Human salivary amylase gene copy number impacts the gut microbiome and its function
Humans salivary amylase, encoded by AMY1, hydrolyzes dietary starch into sugars. AMY1 copy number (CN) varies between 1 to 18, and enzyme levels are proportionate to AMY1 CN. Furthermore, human populations with high starch diets have a higher AMY1 CN on average than populations consuming lower amounts of starch, which has been interpreted as evidence of recent selection. Many types of gut microbes also produce amylases as part of short chain fatty acid production. How host AMY1 CN relates to microbiome amylase content and activity is unknown. We addressed this question in a human subjects study involving 25 people selected for either high or low AMY1 CN. Using 16S rRNA gene characterization of microbial community composition, we found that the mean abundances of multiple OTUs, which ferment carbohydrates, were significantly enriched in low AMY1 CN subjects. We transplanted stool collected during the study into germfree mice and assessed their phenotypes after 35 days. Our results showed that mice inoculated with stool from high CN subjects had a higher adiposity than those receiving low CN microbiomes. These results indicate that the copy number of an important dietary gene, AMY1, has an impact on the gut microbiome’s composition and function.
Community assembly and function of the floral microbiome
Variation in the process of community assembly can generate communities with divergent structure and function. As a result, predicting and managing the function of the microbiome may benefit from understanding what factors influence its assembly. In this talk, I examine the relative influence of factors that influence community assembly in the floral microbiome, using two different plant species. The results of manipulative laboratory and field experiments, coupled with detailed surveys of bacterial and yeast metacommunities across a landscape, suggest that variation in dispersal, microbial niche axes, and microbe-generated environmental feedbacks, rather than underlying environmental variation in habitat quality or host chemical defense, most strongly influence community composition and nectar chemical characteristics. These results show that understanding the processes by which floral bacterial and yeast communities are assembled can predict their structure and function.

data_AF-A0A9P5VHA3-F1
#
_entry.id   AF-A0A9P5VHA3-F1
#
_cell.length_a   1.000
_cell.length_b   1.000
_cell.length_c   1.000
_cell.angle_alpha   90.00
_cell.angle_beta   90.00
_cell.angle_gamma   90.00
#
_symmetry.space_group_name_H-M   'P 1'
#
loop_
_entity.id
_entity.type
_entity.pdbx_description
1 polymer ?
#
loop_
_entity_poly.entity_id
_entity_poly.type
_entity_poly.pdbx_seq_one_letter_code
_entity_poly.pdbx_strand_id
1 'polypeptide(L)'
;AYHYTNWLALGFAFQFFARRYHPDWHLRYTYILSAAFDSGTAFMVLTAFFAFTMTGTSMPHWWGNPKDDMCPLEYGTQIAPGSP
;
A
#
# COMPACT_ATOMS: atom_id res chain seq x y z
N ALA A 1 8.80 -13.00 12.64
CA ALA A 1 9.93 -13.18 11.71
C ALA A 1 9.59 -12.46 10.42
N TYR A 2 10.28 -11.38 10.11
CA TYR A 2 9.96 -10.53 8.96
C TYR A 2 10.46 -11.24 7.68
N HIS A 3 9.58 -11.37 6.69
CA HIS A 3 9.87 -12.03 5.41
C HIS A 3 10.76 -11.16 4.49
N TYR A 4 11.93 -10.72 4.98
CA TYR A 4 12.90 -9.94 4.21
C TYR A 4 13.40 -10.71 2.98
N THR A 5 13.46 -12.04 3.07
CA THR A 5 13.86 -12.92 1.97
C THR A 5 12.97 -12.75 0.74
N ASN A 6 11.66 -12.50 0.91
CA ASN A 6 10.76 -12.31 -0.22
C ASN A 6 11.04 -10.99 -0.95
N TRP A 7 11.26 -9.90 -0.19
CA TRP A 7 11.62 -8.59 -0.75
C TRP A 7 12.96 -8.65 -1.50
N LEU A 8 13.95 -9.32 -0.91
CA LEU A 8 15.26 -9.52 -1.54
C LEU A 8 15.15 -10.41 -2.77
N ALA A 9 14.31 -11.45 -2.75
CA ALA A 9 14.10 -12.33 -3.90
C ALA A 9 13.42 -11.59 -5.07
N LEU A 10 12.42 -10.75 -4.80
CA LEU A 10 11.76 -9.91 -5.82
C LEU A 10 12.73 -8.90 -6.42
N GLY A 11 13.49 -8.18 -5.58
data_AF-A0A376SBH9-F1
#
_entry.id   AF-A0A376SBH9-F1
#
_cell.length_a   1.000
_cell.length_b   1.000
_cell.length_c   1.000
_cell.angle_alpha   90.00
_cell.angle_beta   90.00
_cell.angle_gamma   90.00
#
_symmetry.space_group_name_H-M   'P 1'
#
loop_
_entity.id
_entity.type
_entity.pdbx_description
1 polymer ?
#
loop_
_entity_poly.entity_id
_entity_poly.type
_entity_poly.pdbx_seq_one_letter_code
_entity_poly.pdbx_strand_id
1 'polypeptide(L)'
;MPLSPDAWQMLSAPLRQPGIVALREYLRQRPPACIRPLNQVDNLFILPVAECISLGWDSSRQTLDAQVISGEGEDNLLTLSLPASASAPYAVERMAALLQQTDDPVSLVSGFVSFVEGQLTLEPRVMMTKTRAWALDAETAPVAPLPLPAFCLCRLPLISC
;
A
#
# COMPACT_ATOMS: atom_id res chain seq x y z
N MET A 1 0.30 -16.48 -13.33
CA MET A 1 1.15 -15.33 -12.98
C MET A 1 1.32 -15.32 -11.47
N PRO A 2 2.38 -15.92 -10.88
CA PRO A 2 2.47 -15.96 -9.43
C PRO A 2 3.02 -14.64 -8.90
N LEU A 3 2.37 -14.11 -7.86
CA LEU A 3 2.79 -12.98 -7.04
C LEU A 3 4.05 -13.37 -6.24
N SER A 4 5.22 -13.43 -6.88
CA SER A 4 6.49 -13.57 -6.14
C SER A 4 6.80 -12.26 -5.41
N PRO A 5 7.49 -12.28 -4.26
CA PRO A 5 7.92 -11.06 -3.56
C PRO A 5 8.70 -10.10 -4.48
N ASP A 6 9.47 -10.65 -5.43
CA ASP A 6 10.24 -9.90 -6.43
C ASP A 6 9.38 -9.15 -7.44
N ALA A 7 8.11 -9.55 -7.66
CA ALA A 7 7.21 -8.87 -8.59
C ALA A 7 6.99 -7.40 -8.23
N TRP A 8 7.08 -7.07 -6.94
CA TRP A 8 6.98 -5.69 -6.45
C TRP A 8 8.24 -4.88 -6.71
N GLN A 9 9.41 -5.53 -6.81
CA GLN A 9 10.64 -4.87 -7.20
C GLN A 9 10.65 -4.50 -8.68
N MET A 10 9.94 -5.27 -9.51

Parasite manipulation of host phenotype: mechanisms, behavior, ecology, and evolution
Parasites are nature’s hidden ecosystem engineers, as many induce multidimensional changes in their ecosystems (i.e., their hosts) to increase likelihood of transmission. I study the trematode parasite Euhaplorchis californiensis and its California killifish (Fundulus parvipinnis) intermediate host. E. californiensis induces “conspicuous behaviors,” which make the fish up to 30 times more likely to be eaten by the parasite’s definitive host. My research on E. californiensis population ecology suggests that parasites experience higher fitness at high parasite densities, perhaps because parasites share the costs of host manipulation. Scaling up to the impacts of infection on the host ecosystem, I explore how E. californiensis influences host personality and behavioral correlations (i.e., behavioral syndromes), and look for feedbacks between infection and behavior. At the mechanistic level, I examine how E. californiensis manipulates killifish physiology. I found that the interaction between stress intensity and the density of E. californiensis influences stress hormone release rates. Finally, I employ adaptive dynamics modeling to explore how coevolution influences the strength of manipulation, host avoidance behavior and compensation for infection. My research reveals that an ecologically and evolutionarily relevant understanding of host phenotype requires understanding how parasitic ecosystem engineers manipulate the host environment to meet their needs.